Similarly, the ear feels inferior to the eye. It may be up high on the body, but it does not compare with the eye in receiving praise. The eye is out front. Lovers gaze into one another’s eyes; the only one I can remember looking onto my ears my mother and all she ever says is, “Wash those dirty ears!” Poets write poems about the eye but never about the ear. Yet when we listen to the music that soothes our soul we often close our eyes to better hear. Often after reading beautiful poetry or a powerful scripture passage we close our eyes. To better hear and imagine.
And what about the nose? Referred to in passage as the sense of smell essential to the whole. How many times have we taken pleasure in smelling flowers or a fresh baked pie? How many times have we avoided something harmful because of the foul odor? Smelling serves a needed service, though we would not think to rate in high on the list of essential body parts.
Now, the feet and the hands, the ears and the eyes, even the nose all exist according to God’s plan. There are no spare parts. The issue is addressed on several occasions in this letter, self-importance was indeed a problem among the Corinthians. Folks suffering from I am enough
and all the church needs. The eye and the head no matter what it sees or thinks need feet to put it thoughts and visions into action. If you don’t elevate your thinking about lowly feet the body doesn’t move.
Unity in diversity is a concept of "unity without uniformity and diversity without fragmentation" that shifts focus from unity based on a mere tolerance of physical, cultural, linguistic, social, religious, political, ideological and/or psychological differences towards a more complex unity based on an understanding that difference enriches human interactions.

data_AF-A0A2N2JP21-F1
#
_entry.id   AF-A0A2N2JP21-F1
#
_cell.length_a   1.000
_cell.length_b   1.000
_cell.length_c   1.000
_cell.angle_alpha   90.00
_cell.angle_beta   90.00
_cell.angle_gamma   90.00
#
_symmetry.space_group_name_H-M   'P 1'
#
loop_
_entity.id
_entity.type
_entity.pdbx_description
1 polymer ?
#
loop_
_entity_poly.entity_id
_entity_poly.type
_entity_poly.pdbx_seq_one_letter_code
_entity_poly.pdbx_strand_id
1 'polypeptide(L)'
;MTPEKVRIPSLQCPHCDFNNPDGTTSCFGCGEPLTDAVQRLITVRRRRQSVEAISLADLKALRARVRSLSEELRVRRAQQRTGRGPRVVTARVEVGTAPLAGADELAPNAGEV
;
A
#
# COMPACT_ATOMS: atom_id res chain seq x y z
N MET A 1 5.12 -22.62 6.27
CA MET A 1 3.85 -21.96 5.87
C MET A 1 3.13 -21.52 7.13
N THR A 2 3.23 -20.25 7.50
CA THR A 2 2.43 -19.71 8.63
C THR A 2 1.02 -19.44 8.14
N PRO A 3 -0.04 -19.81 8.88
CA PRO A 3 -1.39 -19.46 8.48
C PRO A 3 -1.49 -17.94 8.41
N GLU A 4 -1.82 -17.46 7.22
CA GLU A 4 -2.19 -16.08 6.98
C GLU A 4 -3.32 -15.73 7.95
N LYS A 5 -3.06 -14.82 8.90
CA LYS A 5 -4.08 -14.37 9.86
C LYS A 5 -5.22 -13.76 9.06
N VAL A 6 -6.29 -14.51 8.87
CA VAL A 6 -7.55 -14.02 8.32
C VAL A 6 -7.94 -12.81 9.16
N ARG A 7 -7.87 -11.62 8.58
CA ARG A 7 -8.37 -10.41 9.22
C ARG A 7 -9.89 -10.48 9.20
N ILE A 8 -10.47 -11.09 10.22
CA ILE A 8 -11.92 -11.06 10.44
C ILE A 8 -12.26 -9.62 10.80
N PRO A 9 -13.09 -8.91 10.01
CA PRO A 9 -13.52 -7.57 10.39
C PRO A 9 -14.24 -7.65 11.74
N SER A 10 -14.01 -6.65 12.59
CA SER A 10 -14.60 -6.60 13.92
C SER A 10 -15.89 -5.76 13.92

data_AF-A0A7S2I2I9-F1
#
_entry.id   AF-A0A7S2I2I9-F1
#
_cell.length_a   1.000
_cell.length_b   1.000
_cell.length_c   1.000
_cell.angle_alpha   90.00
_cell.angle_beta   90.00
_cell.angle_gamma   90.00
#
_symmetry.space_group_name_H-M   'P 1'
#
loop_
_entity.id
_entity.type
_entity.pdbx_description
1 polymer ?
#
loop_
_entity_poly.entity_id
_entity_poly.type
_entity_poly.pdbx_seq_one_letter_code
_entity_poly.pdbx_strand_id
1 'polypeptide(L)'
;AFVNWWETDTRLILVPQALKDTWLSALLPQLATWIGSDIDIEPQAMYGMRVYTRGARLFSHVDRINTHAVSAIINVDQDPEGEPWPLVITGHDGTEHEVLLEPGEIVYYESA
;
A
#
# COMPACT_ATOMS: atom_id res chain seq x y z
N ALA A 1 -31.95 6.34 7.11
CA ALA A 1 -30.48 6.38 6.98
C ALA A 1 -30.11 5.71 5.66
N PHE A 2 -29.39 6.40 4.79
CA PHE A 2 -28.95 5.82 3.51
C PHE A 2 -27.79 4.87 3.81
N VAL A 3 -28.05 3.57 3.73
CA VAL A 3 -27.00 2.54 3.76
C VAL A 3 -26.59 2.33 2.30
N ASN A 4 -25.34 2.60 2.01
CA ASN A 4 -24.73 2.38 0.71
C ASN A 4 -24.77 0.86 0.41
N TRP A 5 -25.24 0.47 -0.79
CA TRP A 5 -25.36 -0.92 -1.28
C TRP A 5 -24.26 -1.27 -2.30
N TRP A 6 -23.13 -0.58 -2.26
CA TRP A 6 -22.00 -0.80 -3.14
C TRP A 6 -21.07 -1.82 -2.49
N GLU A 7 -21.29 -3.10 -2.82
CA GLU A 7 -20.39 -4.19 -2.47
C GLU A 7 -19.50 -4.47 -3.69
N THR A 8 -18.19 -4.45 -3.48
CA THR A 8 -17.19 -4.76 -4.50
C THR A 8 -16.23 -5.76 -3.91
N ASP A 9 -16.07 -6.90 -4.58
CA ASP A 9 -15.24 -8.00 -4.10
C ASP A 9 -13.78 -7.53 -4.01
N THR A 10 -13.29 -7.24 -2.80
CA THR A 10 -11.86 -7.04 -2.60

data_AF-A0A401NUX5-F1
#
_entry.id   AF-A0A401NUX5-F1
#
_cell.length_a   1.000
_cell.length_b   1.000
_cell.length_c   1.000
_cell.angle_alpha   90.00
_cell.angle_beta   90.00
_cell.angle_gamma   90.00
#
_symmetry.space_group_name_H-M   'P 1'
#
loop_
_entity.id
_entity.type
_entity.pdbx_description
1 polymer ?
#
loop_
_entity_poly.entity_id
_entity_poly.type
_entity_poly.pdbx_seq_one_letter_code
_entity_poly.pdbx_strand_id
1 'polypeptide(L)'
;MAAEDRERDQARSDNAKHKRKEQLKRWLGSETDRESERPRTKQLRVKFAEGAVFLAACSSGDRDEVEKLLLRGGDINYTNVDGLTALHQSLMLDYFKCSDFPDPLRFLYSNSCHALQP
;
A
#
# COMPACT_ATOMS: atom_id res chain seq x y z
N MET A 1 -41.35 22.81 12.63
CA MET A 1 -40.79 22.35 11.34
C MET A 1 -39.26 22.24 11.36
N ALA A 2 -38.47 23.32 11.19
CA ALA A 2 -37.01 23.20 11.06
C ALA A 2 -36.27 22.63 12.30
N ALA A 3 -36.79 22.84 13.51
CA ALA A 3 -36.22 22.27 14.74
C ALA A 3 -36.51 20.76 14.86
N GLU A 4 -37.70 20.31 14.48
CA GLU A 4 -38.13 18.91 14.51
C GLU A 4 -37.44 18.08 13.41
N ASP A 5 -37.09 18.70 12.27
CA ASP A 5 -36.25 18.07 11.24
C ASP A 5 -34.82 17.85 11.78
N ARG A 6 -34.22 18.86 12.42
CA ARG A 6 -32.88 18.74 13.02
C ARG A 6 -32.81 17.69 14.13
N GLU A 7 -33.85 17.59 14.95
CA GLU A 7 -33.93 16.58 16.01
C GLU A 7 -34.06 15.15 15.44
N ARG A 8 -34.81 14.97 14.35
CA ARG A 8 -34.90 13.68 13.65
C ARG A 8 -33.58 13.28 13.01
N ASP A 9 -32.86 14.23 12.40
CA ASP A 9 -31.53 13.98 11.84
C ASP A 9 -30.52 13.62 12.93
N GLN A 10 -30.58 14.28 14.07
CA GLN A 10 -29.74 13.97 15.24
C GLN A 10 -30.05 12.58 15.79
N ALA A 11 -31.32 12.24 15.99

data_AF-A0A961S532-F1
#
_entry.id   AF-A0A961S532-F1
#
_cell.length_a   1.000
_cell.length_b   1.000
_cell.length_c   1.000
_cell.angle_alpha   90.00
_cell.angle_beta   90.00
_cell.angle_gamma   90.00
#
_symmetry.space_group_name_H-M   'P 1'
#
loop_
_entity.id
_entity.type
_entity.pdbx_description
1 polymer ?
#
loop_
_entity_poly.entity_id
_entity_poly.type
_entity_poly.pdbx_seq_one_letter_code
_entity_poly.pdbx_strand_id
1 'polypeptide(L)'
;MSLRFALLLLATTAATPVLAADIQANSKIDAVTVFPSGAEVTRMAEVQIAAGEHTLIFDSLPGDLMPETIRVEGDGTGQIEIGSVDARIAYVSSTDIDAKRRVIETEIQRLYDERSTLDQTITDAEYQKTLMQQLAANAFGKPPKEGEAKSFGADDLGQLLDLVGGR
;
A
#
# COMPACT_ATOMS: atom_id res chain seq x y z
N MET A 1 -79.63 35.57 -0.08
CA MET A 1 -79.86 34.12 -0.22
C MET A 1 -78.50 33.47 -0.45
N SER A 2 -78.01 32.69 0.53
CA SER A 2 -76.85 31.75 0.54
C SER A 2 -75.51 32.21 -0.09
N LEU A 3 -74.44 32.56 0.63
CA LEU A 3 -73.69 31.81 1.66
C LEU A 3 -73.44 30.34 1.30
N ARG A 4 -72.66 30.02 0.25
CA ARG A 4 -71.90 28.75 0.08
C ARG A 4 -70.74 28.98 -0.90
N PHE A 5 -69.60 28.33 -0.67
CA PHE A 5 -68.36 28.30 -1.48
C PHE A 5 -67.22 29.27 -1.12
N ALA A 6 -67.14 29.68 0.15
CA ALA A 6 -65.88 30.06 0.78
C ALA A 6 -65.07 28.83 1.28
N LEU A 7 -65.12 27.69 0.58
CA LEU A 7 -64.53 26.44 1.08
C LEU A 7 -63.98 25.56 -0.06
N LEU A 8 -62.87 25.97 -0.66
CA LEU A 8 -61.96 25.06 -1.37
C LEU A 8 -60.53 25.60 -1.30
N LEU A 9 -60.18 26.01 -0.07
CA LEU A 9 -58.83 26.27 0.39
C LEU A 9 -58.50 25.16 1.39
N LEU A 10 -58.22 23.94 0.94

From its apostolic beginnings, then, the Church has always been thought of as a community of diverse members with diverse gifts, and the diversity of the saints continues to testify to how differently the same Christian faith and life may be expressed in this world. The idea is sometimes rooted in our teaching about the Holy Trinity: God is a unity, one God, in a diversity of persons, Father Son and Holy Spirit.
It is not difficult to see where Paul is heading with this body analogy even as he turns in his metaphor, to what most likely are internal organs and what we refer to as our “private areas.” In verses 22-25, Paul argues that every member of the body is necessary. There are no exceptions. Those body parts that are deemed weaker, less honorable, or less presentable are all critically important. Paul rejected the Corinthians criteria for evaluating which gifts were most honorable. Internal and external parts of the body needed to create a balance whole.
In 12:26, Paul pens one of the most powerful verses in the Scriptures: "If one part suffers, all the parts suffer with it; if one part gets the glory, all the parts celebrate with it." Indeed, it is through suffering that we learn how important the parts of the body are. If the head forgets about the feet, just stub a toe; the head will pay attention! Furthermore, if you dislocate a tiny bone in your foot your whole body is miserable. The converse is also true. The head might ache if the back is in pain. Cure the back pain, and the headache disappears. Or if you’ve ever been sick with a cold or the flu you know that a simple cold, cough, or sore throat can affect your entire body. Appreciate the solidarity of the body. Fearfully and wonderfully made. No spare parts.